I wanted to call your attention to an on-going series of videos on the YouTube channel Dave's garage:
https://www.youtube.com/watch?v=pv4Yq35Chx0
This all began when the author of the Youtube channel recounted that he implemented a prime number sieve as an exercise in his school years in
the '80s, and now wanted to run exactly the same benchmark using modern languages (initially, C# and Python).
I wanted to call your attention to an on-going series of videos on the YouTube channel Dave's garage:
https://www.youtube.com/watch?v=pv4Yq35Chx0
This all began when the author of the Youtube channel recounted that he implemented a prime number sieve as an exercise in his school years in.
the '80s, and now wanted to run exactly the same benchmark using modern languages (initially, C# and Python).
This proved very popular, and watchers have submitted their
implementations in lots of languages (61 and counting), including Fortran. Specifically, the goal is to implement a prime number sieve for primes
up to a million, closely following the algorithm in a reference implementation (in C#).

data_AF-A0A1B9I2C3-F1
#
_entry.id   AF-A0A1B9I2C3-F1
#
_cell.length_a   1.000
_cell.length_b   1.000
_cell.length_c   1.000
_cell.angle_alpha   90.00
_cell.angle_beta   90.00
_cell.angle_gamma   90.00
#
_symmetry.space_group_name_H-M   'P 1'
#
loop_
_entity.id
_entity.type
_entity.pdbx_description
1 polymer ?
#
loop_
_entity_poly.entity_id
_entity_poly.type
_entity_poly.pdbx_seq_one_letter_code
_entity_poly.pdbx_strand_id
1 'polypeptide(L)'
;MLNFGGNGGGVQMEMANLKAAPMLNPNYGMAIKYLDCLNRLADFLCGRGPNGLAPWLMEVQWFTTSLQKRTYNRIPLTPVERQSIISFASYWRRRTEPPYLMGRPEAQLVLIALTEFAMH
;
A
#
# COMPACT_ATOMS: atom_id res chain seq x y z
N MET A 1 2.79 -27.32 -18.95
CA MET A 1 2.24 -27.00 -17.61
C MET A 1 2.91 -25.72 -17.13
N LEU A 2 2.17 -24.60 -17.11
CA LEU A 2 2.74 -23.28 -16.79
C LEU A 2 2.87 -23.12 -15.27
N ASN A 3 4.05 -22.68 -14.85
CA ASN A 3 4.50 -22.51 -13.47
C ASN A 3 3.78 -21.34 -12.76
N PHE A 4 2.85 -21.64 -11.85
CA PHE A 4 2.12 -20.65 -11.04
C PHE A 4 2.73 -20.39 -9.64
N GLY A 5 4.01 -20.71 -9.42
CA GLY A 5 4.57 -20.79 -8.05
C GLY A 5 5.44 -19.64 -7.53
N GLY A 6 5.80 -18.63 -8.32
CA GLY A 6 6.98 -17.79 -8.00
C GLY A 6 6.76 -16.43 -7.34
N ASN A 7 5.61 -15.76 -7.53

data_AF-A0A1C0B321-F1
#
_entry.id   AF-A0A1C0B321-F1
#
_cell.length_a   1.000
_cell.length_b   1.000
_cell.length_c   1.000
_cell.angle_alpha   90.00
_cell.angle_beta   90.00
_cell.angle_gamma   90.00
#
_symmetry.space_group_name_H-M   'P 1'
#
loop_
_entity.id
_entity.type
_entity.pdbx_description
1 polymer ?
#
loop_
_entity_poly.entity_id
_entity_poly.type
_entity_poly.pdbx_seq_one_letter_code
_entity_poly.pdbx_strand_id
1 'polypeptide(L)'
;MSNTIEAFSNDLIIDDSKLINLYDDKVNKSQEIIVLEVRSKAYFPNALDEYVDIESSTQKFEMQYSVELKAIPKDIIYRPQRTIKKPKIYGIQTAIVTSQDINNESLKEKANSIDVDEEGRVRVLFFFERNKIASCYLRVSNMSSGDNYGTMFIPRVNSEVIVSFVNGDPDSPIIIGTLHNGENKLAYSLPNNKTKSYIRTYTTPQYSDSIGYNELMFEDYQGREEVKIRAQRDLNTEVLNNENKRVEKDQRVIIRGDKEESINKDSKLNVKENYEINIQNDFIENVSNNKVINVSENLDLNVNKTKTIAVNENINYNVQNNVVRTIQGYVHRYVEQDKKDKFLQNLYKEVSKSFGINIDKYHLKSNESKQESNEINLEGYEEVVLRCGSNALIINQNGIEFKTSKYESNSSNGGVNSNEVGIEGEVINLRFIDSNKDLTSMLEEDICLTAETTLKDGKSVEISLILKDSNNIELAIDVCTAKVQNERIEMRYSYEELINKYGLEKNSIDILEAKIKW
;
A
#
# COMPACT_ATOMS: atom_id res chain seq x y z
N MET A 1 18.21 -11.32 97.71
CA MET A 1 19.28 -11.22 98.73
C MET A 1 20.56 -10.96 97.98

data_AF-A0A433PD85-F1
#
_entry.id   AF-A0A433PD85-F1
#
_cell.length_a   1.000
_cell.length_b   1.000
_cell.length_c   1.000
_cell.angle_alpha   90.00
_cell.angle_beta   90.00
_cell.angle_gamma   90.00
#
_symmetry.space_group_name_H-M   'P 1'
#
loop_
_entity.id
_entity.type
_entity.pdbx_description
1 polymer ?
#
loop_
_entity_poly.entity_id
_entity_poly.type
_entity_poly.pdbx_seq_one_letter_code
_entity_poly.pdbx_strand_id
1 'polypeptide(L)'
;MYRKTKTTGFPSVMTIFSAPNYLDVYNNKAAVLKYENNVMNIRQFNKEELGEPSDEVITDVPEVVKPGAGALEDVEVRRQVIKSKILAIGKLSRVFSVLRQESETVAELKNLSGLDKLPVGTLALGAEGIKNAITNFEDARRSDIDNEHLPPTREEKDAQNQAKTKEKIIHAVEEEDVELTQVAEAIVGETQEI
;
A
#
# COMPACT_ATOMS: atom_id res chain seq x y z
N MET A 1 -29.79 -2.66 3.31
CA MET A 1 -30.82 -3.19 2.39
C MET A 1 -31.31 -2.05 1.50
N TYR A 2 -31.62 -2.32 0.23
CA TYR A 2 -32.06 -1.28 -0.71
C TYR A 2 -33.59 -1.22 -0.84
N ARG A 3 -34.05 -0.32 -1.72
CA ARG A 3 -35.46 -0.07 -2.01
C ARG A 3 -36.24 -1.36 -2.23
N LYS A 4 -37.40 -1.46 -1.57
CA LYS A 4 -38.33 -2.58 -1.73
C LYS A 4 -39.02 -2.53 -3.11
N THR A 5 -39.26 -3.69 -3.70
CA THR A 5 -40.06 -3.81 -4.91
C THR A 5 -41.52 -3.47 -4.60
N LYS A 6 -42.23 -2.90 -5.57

In every episode of the series the author consider a couple of implementations in similar languages (e.g., C# and Java), discusses a
bit the languages and then shows the results of the benchmarks.
There is a Github repository with all the implementations https://github.com/PlummersSoftwareLLC/Primes
At the moment there are two Fortran implementations, one Fortran 2003
and 2008. https://github.com/PlummersSoftwareLLC/Primes/tree/drag-race/PrimeFortran
I think it's be great if some of the Fortran experts had a look at those implementations and, perhaps, improved them if possible.
I think if Fortran did well this would be good publicity for the general public. I found some benchmarks (for older implementations, as they are updated all the time) here: https://www.reddit.com/r/fsharp/comments/oezbnv/daves_garage_prime_numbers_laguages_benchmark/
The list above indicates that the fastest implementations are in C and
zig (a language I'd never heard of), with the Fortran implementation far behind (although many of those results look very strange, so take them
with a pinch of salt).
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